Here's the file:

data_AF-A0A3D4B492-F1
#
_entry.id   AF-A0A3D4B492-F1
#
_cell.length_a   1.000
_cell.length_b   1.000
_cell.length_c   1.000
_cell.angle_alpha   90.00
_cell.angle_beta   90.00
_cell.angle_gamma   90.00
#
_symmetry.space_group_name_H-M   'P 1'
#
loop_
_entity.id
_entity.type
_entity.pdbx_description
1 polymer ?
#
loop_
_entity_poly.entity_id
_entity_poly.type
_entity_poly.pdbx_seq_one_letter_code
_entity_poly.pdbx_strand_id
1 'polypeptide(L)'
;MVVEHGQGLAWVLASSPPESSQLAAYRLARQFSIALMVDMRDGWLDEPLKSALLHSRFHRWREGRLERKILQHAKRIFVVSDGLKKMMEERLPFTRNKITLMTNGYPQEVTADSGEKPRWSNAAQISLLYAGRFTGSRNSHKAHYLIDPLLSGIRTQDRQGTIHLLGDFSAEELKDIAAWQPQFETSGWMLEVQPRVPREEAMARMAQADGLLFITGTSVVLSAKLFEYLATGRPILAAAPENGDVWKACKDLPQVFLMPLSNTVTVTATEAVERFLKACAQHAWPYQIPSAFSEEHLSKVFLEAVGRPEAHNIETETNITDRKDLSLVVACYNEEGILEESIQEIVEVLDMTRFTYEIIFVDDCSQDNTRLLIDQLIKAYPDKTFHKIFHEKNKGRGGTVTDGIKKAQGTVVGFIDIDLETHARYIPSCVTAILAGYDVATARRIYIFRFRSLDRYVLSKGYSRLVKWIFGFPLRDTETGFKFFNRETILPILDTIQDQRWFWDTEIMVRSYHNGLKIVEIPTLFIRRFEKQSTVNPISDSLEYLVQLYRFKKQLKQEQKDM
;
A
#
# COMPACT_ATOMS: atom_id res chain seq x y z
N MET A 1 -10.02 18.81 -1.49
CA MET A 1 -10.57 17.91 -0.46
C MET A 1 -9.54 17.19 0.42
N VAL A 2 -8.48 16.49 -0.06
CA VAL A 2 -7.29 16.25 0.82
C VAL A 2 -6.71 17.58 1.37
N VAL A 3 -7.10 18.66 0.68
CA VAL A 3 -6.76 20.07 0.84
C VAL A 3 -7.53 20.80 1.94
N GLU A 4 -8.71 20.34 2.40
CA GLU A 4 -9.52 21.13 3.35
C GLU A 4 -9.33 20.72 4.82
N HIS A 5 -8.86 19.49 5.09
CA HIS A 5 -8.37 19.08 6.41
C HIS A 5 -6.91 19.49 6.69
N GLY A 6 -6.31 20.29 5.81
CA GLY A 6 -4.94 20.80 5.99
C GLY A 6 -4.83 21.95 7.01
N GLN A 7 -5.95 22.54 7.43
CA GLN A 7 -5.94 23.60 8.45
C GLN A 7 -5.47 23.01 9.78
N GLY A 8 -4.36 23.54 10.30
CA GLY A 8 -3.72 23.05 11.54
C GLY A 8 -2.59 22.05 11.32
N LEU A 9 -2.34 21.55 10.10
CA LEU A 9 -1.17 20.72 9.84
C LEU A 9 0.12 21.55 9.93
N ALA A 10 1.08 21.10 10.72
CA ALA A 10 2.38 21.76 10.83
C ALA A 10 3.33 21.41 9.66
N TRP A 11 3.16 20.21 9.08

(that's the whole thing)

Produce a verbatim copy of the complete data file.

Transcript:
data_AF-A0A3D4B492-F1
#
_entry.id   AF-A0A3D4B492-F1
#
_cell.length_a   1.000
_cell.length_b   1.000
_cell.length_c   1.000
_cell.angle_alpha   90.00
_cell.angle_beta   90.00
_cell.angle_gamma   90.00
#
_symmetry.space_group_name_H-M   'P 1'
#
loop_
_entity.id
_entity.type
_entity.pdbx_description
1 polymer ?
#
loop_
_entity_poly.entity_id
_entity_poly.type
_entity_poly.pdbx_seq_one_letter_code
_entity_poly.pdbx_strand_id
1 'polypeptide(L)'
;MVVEHGQGLAWVLASSPPESSQLAAYRLARQFSIALMVDMRDGWLDEPLKSALLHSRFHRWREGRLERKILQHAKRIFVVSDGLKKMMEERLPFTRNKITLMTNGYPQEVTADSGEKPRWSNAAQISLLYAGRFTGSRNSHKAHYLIDPLLSGIRTQDRQGTIHLLGDFSAEELKDIAAWQPQFETSGWMLEVQPRVPREEAMARMAQADGLLFITGTSVVLSAKLFEYLATGRPILAAAPENGDVWKACKDLPQVFLMPLSNTVTVTATEAVERFLKACAQHAWPYQIPSAFSEEHLSKVFLEAVGRPEAHNIETETNITDRKDLSLVVACYNEEGILEESIQEIVEVLDMTRFTYEIIFVDDCSQDNTRLLIDQLIKAYPDKTFHKIFHEKNKGRGGTVTDGIKKAQGTVVGFIDIDLETHARYIPSCVTAILAGYDVATARRIYIFRFRSLDRYVLSKGYSRLVKWIFGFPLRDTETGFKFFNRETILPILDTIQDQRWFWDTEIMVRSYHNGLKIVEIPTLFIRRFEKQSTVNPISDSLEYLVQLYRFKKQLKQEQKDM
;
A
#
# COMPACT_ATOMS: atom_id res chain seq x y z
N MET A 1 -10.02 18.81 -1.49
CA MET A 1 -10.57 17.91 -0.46
C MET A 1 -9.54 17.19 0.42
N VAL A 2 -8.48 16.49 -0.06
CA VAL A 2 -7.29 16.25 0.82
C VAL A 2 -6.71 17.58 1.37
N VAL A 3 -7.10 18.66 0.68
CA VAL A 3 -6.76 20.07 0.84
C VAL A 3 -7.53 20.80 1.94
N GLU A 4 -8.71 20.34 2.40
CA GLU A 4 -9.52 21.13 3.35
C GLU A 4 -9.33 20.72 4.82
N HIS A 5 -8.86 19.49 5.09
CA HIS A 5 -8.37 19.08 6.41
C HIS A 5 -6.91 19.49 6.69
N GLY A 6 -6.31 20.29 5.81
CA GLY A 6 -4.94 20.80 5.99
C GLY A 6 -4.83 21.95 7.01
N GLN A 7 -5.95 22.54 7.43
CA GLN A 7 -5.94 23.60 8.45
C GLN A 7 -5.47 23.01 9.78
N GLY A 8 -4.36 23.54 10.30
CA GLY A 8 -3.72 23.05 11.54
C GLY A 8 -2.59 22.05 11.32
N LEU A 9 -2.34 21.55 10.10
CA LEU A 9 -1.17 20.72 9.84
C LEU A 9 0.12 21.55 9.93
N ALA A 10 1.08 21.10 10.72
CA ALA A 10 2.38 21.76 10.83
C ALA A 10 3.33 21.41 9.66
N TRP A 11 3.16 20.21 9.08